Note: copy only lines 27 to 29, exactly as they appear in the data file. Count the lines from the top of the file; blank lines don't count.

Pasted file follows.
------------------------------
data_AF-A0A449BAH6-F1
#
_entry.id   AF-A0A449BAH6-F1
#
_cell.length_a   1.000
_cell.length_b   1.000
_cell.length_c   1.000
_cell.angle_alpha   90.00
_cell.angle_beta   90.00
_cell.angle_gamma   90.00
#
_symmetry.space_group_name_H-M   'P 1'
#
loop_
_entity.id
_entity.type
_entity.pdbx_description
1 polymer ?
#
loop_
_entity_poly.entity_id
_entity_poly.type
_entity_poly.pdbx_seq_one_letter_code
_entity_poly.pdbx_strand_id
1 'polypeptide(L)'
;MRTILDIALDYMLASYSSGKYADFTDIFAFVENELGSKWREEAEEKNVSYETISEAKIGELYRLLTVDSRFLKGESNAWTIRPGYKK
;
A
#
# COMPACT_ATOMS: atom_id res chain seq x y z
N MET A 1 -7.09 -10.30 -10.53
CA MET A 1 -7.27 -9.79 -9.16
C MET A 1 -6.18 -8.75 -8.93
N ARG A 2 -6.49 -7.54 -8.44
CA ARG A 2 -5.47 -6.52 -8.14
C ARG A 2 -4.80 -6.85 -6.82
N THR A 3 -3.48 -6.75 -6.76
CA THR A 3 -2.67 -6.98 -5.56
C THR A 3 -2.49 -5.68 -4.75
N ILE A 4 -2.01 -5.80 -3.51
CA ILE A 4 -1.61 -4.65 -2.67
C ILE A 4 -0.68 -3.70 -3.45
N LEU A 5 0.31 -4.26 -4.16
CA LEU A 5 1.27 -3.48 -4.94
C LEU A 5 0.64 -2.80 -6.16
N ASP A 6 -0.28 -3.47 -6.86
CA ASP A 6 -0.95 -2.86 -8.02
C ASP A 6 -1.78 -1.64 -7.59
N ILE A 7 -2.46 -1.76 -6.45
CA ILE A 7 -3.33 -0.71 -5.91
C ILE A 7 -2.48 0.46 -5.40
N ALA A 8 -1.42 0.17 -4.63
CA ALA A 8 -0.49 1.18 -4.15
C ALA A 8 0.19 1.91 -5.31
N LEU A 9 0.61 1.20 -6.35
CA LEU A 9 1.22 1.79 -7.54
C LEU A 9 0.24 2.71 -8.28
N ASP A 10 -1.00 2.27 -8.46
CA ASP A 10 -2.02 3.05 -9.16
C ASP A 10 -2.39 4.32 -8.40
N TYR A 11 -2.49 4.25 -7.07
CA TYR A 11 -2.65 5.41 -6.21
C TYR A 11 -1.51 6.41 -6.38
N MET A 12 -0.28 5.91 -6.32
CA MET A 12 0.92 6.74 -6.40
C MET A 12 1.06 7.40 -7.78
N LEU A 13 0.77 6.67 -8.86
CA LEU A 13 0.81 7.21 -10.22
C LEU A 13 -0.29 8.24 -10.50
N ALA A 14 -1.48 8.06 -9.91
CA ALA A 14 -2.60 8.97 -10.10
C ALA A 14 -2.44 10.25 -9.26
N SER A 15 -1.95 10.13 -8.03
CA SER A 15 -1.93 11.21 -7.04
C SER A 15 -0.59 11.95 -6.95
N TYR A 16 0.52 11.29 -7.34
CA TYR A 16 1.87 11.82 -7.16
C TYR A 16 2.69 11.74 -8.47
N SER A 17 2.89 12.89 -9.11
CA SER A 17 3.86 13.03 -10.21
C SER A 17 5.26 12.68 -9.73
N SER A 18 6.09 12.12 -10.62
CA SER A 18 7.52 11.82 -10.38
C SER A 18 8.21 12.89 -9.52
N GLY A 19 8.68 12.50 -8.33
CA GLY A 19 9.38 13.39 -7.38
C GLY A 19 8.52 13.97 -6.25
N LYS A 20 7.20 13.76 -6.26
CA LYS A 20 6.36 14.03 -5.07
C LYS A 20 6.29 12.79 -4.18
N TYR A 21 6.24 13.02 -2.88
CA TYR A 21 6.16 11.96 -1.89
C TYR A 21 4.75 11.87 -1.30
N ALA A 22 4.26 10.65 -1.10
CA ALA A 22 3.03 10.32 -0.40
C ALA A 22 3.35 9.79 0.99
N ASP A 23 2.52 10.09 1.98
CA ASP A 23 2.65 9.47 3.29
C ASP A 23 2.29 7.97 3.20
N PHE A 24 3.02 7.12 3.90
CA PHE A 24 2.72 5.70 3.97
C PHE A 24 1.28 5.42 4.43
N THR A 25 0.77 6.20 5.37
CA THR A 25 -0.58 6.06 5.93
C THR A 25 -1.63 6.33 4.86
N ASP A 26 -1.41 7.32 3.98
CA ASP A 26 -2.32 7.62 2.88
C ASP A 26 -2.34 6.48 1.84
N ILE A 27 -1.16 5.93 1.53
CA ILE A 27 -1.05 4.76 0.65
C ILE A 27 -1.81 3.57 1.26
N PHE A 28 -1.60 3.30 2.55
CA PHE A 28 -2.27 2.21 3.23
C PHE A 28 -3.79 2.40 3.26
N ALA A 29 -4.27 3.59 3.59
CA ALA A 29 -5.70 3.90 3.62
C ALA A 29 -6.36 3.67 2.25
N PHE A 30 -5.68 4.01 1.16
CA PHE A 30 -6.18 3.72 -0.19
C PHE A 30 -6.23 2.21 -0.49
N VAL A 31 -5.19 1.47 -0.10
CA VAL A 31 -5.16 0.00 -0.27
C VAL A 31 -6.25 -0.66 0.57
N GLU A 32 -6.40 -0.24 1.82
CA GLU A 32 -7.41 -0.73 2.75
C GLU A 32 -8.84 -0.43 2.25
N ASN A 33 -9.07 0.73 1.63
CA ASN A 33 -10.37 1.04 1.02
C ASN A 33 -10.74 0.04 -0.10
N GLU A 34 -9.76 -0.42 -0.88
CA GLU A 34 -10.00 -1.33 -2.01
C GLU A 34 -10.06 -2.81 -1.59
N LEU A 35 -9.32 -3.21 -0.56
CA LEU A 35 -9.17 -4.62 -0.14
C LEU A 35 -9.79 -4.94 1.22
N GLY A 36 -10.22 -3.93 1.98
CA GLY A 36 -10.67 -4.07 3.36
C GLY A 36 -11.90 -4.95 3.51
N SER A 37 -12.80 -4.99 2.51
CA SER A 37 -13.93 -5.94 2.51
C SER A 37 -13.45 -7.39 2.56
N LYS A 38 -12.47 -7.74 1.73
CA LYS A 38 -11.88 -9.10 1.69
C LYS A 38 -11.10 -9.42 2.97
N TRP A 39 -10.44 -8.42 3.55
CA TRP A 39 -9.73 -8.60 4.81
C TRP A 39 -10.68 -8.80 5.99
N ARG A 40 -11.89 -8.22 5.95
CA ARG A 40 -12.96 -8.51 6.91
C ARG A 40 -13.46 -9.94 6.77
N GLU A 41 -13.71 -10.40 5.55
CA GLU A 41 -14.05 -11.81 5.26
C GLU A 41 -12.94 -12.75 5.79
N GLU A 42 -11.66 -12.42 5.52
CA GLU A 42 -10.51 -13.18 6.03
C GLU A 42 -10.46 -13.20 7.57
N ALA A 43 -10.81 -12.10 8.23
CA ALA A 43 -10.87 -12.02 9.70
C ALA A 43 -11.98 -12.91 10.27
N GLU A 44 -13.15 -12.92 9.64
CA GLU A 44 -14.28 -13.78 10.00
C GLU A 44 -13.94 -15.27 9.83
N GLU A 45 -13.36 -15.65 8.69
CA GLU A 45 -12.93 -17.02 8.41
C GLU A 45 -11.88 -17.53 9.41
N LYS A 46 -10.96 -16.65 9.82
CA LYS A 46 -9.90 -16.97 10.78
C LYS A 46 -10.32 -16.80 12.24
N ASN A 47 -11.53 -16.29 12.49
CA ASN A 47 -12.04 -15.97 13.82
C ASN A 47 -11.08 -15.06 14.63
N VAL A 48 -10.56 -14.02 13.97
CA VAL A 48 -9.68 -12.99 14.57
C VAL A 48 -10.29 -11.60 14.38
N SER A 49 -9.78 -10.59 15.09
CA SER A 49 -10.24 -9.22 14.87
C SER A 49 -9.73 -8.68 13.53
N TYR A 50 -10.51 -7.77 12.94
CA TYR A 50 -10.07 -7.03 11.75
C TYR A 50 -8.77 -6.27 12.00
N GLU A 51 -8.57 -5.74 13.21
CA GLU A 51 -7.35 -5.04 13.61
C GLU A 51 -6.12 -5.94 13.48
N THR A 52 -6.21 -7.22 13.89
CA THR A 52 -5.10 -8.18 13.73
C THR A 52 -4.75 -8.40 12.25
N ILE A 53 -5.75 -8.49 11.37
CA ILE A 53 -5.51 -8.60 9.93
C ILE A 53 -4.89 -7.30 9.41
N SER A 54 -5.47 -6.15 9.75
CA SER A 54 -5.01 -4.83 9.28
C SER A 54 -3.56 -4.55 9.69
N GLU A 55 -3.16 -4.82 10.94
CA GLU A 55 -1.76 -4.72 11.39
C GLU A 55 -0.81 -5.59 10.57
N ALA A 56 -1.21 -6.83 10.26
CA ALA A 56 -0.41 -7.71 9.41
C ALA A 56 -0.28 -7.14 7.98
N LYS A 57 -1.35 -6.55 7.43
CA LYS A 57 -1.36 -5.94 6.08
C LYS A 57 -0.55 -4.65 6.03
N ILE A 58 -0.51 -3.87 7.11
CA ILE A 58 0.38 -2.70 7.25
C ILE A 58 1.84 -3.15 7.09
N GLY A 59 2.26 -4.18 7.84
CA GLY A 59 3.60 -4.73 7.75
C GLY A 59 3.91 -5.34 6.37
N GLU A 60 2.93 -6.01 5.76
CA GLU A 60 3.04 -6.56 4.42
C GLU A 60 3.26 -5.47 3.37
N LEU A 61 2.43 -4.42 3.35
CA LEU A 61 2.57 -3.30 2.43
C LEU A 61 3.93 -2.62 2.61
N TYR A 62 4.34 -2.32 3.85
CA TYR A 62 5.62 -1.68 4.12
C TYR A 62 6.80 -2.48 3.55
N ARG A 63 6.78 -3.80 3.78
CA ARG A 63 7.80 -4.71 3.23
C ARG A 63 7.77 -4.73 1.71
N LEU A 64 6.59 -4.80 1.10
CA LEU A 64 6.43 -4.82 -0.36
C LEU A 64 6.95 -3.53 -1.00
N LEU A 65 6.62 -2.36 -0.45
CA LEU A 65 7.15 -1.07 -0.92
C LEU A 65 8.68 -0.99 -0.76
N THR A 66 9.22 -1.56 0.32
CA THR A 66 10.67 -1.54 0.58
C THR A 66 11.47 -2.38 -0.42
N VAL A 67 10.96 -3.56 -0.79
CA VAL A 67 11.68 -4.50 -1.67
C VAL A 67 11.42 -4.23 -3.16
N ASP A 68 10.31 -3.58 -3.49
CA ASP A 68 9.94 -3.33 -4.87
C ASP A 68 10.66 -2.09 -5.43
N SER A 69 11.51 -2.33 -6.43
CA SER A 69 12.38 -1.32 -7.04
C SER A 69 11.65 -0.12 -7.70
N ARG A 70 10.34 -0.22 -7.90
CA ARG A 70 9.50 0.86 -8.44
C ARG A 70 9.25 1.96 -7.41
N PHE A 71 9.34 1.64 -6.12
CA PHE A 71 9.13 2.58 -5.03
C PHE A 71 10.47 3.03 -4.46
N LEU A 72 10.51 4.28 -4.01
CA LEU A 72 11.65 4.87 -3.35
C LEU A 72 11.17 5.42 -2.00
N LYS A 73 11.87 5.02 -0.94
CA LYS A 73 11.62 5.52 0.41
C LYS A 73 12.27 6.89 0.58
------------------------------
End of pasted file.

;
A
#